Tuesday night in Oakland, Coco Crisp’s three run triple highlighted a 4 run 4th inning, the A’s beat the Mets 6-2. The Mets got off to a 1-0 lead in the 3rd when Travis d’Arnaud hit a line drive homer over the right-centerfield fence for this 11th homer off A’s starter Scott Kazmir.  In the bottom of the 4th the A’s tied it off Dillon Gee with a bases loaded sac-fly by Albert Callaspo. Then after a walk to Eric Sogard,  Coco Crisp cleared the bases with a line drive triple down the right field line to make it 4-1. The Mets made it 4-2 in the top of the 7th when Anthony Recker doubled home Wilmer Flores with the Mets final run.  Josh Reddick clubbed a 2 run blast in the (9) bottom of the 8th to cap the scoring. The good news is the Mets finally broke their string of games with only 4 hits at 5. They collected 7 hits on the night. The bad news is the Mets drop to 59-68 on the year.  Gee went 5 2/3 allowing just 8 hits 4 runs (all earned) walking 2 and striking out 4. He falls to 4-6.  Former Met Kazmir earned his career high 14th win on the season.  Eric Campbell getting the start in left led the Mets going 2 for 4, Gonzalez Germen in his first outing since his recall allowed 2 runs in the 8th on the Reddick homer. The Mets are now 29-36 on the road. Wednesday afternoon it’s the final game of this two game set.  Zack Wheeler (8-8  3.49) goes for the Mets Jeff Samardzija (5-9  2.96) goes for Oakland. 

Morning Report – August 20th – Mets/Cubs Trade Possibilities, September Call-Ups


Well, the Mets and the Cubs have completed their four game schedule and both teams can move on to their next objective; however, not everyone is going to look to perform their duties while facing a different team.

Scouts from both teams will continue to follow each other… the Mets scouts will go to Chicago to scout out the series against San Francisco while the Cubs scouts will have to travel out to Oakland for the next Mets series.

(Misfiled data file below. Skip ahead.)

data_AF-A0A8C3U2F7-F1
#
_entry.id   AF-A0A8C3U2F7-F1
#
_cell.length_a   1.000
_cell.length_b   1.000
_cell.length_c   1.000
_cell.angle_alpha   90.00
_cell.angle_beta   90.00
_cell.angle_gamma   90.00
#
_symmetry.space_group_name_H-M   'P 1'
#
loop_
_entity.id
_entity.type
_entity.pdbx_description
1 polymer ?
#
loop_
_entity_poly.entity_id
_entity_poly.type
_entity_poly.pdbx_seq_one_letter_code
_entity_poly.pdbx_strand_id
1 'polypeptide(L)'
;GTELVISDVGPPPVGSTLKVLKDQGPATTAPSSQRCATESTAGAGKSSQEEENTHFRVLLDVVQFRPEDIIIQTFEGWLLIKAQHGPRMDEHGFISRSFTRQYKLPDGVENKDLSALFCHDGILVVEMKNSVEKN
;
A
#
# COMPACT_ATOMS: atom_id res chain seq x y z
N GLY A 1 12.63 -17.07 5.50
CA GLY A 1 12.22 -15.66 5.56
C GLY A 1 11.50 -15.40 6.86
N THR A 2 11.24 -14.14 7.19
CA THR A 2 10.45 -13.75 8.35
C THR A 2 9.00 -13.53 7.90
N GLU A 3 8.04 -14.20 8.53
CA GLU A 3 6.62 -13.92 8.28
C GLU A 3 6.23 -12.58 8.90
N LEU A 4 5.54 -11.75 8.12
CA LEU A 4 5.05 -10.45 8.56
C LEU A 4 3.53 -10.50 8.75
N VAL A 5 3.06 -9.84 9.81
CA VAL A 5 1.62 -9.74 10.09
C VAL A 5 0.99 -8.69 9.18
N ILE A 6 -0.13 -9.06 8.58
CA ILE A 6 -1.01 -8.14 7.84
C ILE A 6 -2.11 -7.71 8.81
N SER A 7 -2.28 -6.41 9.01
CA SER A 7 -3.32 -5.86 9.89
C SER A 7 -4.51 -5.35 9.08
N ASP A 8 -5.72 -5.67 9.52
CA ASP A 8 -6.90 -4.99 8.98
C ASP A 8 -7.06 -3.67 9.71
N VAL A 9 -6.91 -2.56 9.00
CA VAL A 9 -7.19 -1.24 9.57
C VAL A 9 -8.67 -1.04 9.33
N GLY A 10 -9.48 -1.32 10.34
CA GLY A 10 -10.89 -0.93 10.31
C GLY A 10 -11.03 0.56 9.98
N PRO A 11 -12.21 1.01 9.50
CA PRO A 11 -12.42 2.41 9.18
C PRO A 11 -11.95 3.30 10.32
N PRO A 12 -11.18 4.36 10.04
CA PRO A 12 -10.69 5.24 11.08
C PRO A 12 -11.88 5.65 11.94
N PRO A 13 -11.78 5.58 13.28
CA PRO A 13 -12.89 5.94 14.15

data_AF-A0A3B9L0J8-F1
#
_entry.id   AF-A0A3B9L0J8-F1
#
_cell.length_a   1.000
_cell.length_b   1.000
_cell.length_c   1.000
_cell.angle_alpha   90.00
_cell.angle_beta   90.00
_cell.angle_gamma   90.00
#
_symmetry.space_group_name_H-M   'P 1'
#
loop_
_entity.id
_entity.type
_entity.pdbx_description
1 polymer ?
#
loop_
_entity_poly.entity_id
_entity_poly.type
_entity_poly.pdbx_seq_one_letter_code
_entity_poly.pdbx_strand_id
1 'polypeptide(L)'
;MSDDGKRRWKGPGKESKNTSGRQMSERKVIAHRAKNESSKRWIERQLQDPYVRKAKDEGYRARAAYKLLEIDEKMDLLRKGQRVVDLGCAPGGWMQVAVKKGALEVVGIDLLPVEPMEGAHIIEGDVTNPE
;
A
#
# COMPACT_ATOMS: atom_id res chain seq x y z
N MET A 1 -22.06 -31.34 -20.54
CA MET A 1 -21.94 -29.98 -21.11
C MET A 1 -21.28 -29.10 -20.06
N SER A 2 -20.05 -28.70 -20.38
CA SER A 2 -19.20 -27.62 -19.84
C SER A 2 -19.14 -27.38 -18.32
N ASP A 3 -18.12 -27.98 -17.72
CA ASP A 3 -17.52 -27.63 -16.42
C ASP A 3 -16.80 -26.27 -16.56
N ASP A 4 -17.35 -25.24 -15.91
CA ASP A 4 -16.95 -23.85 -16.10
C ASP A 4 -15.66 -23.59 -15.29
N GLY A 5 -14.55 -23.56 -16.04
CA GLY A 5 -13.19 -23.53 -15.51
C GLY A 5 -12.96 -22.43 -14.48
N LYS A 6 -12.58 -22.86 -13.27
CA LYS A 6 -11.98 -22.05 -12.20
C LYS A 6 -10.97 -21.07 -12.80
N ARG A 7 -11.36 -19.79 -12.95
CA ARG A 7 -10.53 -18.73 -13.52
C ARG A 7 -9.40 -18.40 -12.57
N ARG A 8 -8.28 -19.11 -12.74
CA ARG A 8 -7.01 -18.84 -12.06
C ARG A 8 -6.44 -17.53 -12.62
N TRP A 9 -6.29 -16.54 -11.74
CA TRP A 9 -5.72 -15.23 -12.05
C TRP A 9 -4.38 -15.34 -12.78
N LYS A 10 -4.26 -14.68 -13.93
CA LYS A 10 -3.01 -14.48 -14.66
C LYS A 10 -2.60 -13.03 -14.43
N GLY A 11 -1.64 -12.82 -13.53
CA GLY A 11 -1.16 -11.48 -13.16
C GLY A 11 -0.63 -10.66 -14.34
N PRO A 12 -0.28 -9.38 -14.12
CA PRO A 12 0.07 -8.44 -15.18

Every Met beat reporter out there is running out of material so it’s easy to write about the two teams that match up the best for a future trade. The Mets have an excess of young starters while the Cubs have too many middle infielders.

So, why can’t anything get done here?

Well, Joel Sherman offered up some insight from one of the baseball executives out there:

An NL executive described the Mets this way: “They don’t make a lot of trades and that is because they really don’t like to give up what they perceive as their big talent, unless they can convince you to give them $2 for their 35 cents.”

So lies the two-fold problem.

1.     Baseball executives from other clubs like to make fun of Sandy Alderson and the Mets

2.     Other General Managers no longer like negotiating with him for anything

A trade in which the Mets obtain an infielder from the Cubs for a starting pitcher from the Mets is not supposed to be a ‘who won and who lost’ situation. The Cubs know they aren’t going to get Matt Harvey here and the Mets can forget about Javier Baez.
All you have to do is decide which of the Cubbies you want to go after… Starlin Castro, Arismendy Alcantara, or Addison Russell. It seemed to me that the Cubs did everything they could to showcase Alcantara these past four days, including  featuring him as a .210 leadoff man.

The 24-yr. old Castro (yes, he’s only 24) is once again hitting above .280, something he now has done in four of the five season he has started for the Cubs. He does leave a lot on the field when it comes to defense, which is probably the last thing I would hope the Mets would target on (another sub-par defensive shortstop).